HOW EASY IT WOULD be to demagogue the issue. Here's a private developer asking for a preposterous $300 million in aid from the state and Montgomery County to build, of all things, a giant mall.
Surely wealthy Montgomery and the wealthy developers can afford to underwrite this project themselves. Why should the state help out one of the most affluent subdivisions in the nation?
Besides, isn't this the same subdivision that demagogued big-time on the stadiums debate in Annapolis last session? The same subdivision that seems to make it a practice to denounce and deny aid for impoverished Baltimore?
Paranoid and isolated
Yes, indeed. And yet there was a prominent Baltimore legislator, in a position of power where he could effectively block state assistance for the American Dream mall in Silver Spring, recently voicing support for the project.
That could mark a real turning point -- but only if Montgomery politicians recognize it as a chance to set aside their paranoia and unenlightened parochialism.
Until now, the plot line in Annapolis has been for Montgomery legislators to rail against anything good for Baltimore because it wins them support back home. Then they turn around and whine about the need to pump tens of millions into well-off Montgomery for roads and schools.
The result has been an isolation of Montgomery County in the State House. On major issues, Montgomery politicos are ignored.
That started to change this past session, when a handful of Montgomery lawmakers had the courage to support Baltimore's football stadium, as did Montgomery's chief executive, Douglas Duncan.
Equally encouraging for these risk-taking politicians was the quid pro quo that led to $35 million in school aid for Montgomery, more road money and funds for a convention center as well as initial funds for the American Dream mall.
This positive result showed that cooperation in Annapolis can work out well for Montgomery.
Next year, Montgomery's lawmakers could see matters from a different perspective. They will seek gobs of state aid for the American Dream mall. Representatives of that affluent county will beseech lawmakers from a cash-strapped city and middle-class suburbs for help. Surprisingly, they are likely to get support.
A sensible dream
That's because the American Dream project makes sense. Not $300 million worth of sense, but perhaps half that much over time. The state and county governments have already put $53 million into the development and Montgomery has committed to spending another $64 million. A multi-year investment on top of that isn't outrageous.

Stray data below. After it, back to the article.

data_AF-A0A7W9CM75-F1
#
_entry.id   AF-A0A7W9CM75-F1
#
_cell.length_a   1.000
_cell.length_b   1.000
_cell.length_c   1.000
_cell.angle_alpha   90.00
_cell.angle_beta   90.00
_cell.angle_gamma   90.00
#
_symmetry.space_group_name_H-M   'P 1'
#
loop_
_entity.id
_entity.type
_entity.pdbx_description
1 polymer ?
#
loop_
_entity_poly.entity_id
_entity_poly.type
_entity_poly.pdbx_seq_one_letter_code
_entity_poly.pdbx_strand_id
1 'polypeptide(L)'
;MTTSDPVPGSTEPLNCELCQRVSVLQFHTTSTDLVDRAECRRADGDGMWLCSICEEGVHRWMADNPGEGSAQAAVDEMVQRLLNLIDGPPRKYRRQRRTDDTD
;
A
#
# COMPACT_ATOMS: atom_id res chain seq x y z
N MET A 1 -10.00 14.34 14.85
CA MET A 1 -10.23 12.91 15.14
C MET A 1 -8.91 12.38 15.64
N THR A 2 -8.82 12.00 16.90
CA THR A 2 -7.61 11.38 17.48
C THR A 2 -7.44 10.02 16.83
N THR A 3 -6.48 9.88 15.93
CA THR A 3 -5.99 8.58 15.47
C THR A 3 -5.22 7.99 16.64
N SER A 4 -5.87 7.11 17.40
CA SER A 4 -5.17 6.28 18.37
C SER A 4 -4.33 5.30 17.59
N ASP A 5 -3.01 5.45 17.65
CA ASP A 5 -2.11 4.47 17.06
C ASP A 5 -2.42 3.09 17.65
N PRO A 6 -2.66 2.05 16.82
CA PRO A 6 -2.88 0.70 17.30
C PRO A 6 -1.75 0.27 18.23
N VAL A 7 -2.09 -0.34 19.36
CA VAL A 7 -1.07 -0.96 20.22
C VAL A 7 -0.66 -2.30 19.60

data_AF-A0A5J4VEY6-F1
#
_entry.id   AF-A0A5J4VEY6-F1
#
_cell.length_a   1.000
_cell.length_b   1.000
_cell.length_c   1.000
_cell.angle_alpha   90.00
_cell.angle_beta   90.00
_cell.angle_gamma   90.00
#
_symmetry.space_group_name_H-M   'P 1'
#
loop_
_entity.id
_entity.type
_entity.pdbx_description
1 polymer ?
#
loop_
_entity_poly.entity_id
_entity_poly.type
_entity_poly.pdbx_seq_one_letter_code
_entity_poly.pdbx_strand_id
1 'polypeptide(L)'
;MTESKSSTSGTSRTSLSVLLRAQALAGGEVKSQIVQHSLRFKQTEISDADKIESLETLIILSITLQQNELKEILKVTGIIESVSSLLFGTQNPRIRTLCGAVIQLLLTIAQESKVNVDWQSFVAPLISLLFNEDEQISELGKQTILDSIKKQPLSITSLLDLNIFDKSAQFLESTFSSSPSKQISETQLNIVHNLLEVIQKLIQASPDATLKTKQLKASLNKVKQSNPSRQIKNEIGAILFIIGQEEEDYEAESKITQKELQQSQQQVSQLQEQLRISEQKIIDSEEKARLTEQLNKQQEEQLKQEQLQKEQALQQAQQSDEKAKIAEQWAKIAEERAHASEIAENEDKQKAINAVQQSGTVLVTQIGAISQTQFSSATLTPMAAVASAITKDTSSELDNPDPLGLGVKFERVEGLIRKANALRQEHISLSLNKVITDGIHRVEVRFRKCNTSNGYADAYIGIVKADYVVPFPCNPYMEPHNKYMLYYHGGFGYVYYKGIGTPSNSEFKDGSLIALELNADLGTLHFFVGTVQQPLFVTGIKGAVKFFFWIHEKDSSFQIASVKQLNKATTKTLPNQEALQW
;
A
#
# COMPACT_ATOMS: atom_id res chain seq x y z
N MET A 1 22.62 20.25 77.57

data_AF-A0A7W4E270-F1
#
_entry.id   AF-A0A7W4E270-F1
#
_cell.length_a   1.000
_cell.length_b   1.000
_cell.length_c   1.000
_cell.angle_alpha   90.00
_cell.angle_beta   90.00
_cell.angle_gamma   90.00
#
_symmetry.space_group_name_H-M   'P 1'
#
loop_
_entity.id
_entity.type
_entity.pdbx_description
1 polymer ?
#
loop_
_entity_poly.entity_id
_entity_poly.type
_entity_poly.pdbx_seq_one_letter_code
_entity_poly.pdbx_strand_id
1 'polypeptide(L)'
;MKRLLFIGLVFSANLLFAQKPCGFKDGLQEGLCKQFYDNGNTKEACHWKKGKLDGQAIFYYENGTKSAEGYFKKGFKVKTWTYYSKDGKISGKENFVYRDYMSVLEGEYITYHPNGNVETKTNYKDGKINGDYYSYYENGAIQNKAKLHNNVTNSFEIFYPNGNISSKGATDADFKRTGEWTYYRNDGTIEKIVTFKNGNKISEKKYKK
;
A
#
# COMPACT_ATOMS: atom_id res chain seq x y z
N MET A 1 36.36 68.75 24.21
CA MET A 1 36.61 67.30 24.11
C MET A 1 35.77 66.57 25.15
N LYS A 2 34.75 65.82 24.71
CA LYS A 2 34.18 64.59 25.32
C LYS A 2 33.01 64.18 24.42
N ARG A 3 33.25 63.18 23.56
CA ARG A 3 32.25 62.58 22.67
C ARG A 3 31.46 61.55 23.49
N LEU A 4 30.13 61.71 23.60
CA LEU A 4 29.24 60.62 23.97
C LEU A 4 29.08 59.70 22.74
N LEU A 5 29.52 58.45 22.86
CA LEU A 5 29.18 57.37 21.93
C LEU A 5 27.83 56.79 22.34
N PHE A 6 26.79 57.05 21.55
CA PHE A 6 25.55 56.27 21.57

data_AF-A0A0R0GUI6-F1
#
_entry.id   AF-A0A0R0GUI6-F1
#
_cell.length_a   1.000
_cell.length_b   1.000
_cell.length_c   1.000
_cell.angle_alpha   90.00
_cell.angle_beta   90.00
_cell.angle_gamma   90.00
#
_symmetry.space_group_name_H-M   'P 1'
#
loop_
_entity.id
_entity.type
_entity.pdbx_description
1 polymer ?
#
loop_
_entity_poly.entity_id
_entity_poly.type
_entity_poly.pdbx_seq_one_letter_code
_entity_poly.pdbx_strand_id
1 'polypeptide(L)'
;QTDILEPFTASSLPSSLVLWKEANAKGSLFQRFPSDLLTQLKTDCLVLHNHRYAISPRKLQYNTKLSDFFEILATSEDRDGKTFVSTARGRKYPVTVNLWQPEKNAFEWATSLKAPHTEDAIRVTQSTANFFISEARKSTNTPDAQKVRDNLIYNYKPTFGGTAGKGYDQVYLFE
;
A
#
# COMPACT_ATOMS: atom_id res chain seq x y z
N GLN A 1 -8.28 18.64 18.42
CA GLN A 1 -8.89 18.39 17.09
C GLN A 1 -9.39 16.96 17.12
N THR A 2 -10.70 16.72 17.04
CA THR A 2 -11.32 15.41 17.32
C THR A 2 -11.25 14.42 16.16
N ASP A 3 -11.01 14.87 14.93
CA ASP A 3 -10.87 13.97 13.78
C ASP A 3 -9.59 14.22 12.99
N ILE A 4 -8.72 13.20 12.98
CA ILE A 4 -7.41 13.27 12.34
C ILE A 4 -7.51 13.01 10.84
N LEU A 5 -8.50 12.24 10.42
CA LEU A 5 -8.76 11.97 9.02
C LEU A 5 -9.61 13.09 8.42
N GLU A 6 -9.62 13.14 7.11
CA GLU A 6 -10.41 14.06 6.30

Here's why. This is not just another mall. The Ghermezian brothers envision a giant entertainment and retail complex that would be a multi-dimensional magnet for tourists and local consumers.
They already have built two such malls, one in Edmonton, Canada, and the other outside of Minneapolis. Both have been huge successes. The Edmonton mall has a $1.2 billion economic impact on the city.
This project -- which is being billed as ''the largest urban retail, recreation and entertainment center in the U.S.A.'' -- is projected to generate nearly 13,000 permanent jobs and between $45 million and $79 million in tax revenue for the state and county annually.
With such a huge potential payback, Del. Howard P. Rawlings concluded that a state contribution would be money well spent. He chairs the House budget panel, but he also represents one of the city's poorest districts. By simply opposing this project, he could easily kill any hopes for state aid.
But Mr. Rawlings understands that what's good for Montgomery will have spillover impact elsewhere.
Drawing tens of thousands of tourists from Washington and Virginia into the American Dream will encourage more tourism elsewhere in the state, especially in Baltimore's Inner Harbor. It is a synergy that Baltimore-area lawmakers understand.
''I'm not going to be as narrow-minded as some of my colleagues in Montgomery County'' were in the bitter stadium battles, Mr. Rawlings said. ''I'll look at the broader state and local issues.''
There's a message there for Montgomery politicians. They'd be making a mistake to ignore it.
Barry Rascovar is deputy editorial-page editor of The Sun.
Pub Date: 10/06/96